Far and away the best reporting on the assembly came from Peter Smith of the Louisville Courier-Journal. The PC(USA) is headquartered there. For the paper, he wrote a couple of stories about the PC(USA) membership losses, the denomination’s backtracking on acknowledging that anti-Jewish rhetoric had gotten into discussions over Israel and Palestine, debating the ordination of gays and lesbians, a vote to repeal the church’s constitutional ban on ordaining non-celibate gays and lesbians and removing the explicit condemnation of homosexuality from the church’s constitution.

For the blog, he looked at the membership losses, the church’s new moderator, a vote to alter a reference to homosexuality in the Heidelberg Catechism, a vote to delete a constitutional ban on ordaining non-celibate gays and lesbians, modification of an interfaith statement, approval of executives and stated clerk, including the Belhar Confession into the church’s Book of Confessions, the approval of a $2 million fund for legal battles with departing congregations, and debate over Mideast issues, among others.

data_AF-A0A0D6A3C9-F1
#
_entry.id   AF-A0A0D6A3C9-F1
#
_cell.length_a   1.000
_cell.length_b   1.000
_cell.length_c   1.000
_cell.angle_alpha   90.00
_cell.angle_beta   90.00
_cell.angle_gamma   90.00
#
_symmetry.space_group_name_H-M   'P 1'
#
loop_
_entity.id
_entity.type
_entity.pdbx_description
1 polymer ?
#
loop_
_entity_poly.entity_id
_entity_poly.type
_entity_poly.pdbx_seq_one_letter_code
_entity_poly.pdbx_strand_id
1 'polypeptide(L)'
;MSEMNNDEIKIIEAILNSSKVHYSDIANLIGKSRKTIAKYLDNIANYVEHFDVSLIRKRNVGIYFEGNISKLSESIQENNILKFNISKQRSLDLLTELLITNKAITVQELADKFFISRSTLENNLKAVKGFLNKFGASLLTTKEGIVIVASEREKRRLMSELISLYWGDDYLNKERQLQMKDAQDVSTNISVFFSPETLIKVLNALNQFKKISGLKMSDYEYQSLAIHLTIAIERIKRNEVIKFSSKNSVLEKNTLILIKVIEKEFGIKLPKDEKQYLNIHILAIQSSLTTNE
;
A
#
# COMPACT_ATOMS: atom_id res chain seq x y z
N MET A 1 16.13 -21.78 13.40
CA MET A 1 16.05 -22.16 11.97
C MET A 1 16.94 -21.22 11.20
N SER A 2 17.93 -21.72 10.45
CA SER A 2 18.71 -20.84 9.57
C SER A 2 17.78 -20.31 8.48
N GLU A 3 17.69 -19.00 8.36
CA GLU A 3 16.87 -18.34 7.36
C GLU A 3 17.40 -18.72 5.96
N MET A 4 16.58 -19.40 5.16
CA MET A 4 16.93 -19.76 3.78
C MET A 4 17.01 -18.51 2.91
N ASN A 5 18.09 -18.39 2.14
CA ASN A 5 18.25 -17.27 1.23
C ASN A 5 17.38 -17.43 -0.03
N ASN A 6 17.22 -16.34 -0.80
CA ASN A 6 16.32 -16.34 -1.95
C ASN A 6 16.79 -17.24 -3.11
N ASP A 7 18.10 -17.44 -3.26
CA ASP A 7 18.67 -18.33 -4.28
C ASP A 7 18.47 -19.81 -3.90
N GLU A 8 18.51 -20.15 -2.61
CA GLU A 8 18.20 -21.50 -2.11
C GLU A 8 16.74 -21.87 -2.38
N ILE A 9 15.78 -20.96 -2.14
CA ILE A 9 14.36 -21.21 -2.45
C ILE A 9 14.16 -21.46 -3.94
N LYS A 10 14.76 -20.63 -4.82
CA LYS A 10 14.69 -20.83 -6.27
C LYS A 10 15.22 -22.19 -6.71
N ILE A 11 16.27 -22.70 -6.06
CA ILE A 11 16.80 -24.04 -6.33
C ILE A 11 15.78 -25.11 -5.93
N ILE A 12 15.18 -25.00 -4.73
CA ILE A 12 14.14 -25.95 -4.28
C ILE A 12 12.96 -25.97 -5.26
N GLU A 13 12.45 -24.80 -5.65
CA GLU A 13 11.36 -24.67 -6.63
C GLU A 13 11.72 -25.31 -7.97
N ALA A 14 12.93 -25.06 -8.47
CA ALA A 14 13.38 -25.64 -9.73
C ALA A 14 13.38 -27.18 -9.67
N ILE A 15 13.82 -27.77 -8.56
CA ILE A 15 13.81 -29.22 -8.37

Compared to Smith’s coverage, other media outlets dropped the ball. Kim Lawton had a good, but brief, piece for PBS’ Religion & Ethics Newsweekly.

The major story coming out of the convention seems to be the vote on ordination standards. The vote to drop the ban on homosexual clergy requires presbytery approval, something reporters seemed to obscure somewhat. Eric Gorski with the Associated Press handled it quite well: